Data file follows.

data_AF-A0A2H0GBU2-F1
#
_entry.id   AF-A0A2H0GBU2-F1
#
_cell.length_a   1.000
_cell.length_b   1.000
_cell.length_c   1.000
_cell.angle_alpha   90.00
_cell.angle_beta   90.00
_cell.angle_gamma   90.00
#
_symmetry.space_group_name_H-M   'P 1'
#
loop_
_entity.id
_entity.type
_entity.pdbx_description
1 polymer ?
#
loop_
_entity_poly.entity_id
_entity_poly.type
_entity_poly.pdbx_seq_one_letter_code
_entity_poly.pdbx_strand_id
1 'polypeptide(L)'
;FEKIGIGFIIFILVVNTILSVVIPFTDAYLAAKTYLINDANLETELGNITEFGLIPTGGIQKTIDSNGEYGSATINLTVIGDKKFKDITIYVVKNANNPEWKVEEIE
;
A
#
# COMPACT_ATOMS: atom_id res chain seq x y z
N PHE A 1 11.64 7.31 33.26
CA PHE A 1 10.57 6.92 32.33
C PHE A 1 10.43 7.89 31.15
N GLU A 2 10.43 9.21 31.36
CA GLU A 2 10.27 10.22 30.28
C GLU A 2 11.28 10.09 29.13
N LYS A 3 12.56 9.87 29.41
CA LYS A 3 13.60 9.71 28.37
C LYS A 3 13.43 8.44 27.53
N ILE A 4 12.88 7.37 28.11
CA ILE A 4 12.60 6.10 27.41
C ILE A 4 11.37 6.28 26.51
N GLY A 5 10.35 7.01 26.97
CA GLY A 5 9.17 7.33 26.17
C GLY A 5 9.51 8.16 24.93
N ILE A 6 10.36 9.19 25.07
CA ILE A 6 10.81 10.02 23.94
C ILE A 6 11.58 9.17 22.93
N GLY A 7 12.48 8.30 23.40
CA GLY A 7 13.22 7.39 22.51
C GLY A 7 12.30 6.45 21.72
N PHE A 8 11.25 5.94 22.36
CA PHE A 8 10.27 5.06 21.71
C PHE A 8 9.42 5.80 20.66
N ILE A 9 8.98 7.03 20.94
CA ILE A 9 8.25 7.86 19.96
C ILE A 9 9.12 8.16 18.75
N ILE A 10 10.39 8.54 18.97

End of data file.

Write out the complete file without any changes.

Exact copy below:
data_AF-A0A2H0GBU2-F1
#
_entry.id   AF-A0A2H0GBU2-F1
#
_cell.length_a   1.000
_cell.length_b   1.000
_cell.length_c   1.000
_cell.angle_alpha   90.00
_cell.angle_beta   90.00
_cell.angle_gamma   90.00
#
_symmetry.space_group_name_H-M   'P 1'
#
loop_
_entity.id
_entity.type
_entity.pdbx_description
1 polymer ?
#
loop_
_entity_poly.entity_id
_entity_poly.type
_entity_poly.pdbx_seq_one_letter_code
_entity_poly.pdbx_strand_id
1 'polypeptide(L)'
;FEKIGIGFIIFILVVNTILSVVIPFTDAYLAAKTYLINDANLETELGNITEFGLIPTGGIQKTIDSNGEYGSATINLTVIGDKKFKDITIYVVKNANNPEWKVEEIE
;
A
#
# COMPACT_ATOMS: atom_id res chain seq x y z
N PHE A 1 11.64 7.31 33.26
CA PHE A 1 10.57 6.92 32.33
C PHE A 1 10.43 7.89 31.15
N GLU A 2 10.43 9.21 31.36
CA GLU A 2 10.27 10.22 30.28
C GLU A 2 11.28 10.09 29.13
N LYS A 3 12.56 9.87 29.41
CA LYS A 3 13.60 9.71 28.37
C LYS A 3 13.43 8.44 27.53
N ILE A 4 12.88 7.37 28.11
CA ILE A 4 12.60 6.10 27.41
C ILE A 4 11.37 6.28 26.51
N GLY A 5 10.35 7.01 26.97
CA GLY A 5 9.17 7.33 26.17
C GLY A 5 9.51 8.16 24.93
N ILE A 6 10.36 9.19 25.07
CA ILE A 6 10.81 10.02 23.94
C ILE A 6 11.58 9.17 22.93
N GLY A 7 12.48 8.30 23.40
CA GLY A 7 13.22 7.39 22.51
C GLY A 7 12.30 6.45 21.72
N PHE A 8 11.25 5.94 22.36
CA PHE A 8 10.27 5.06 21.71
C PHE A 8 9.42 5.80 20.66
N ILE A 9 8.98 7.03 20.94
CA ILE A 9 8.25 7.86 19.96
C ILE A 9 9.12 8.16 18.75
N ILE A 10 10.39 8.54 18.97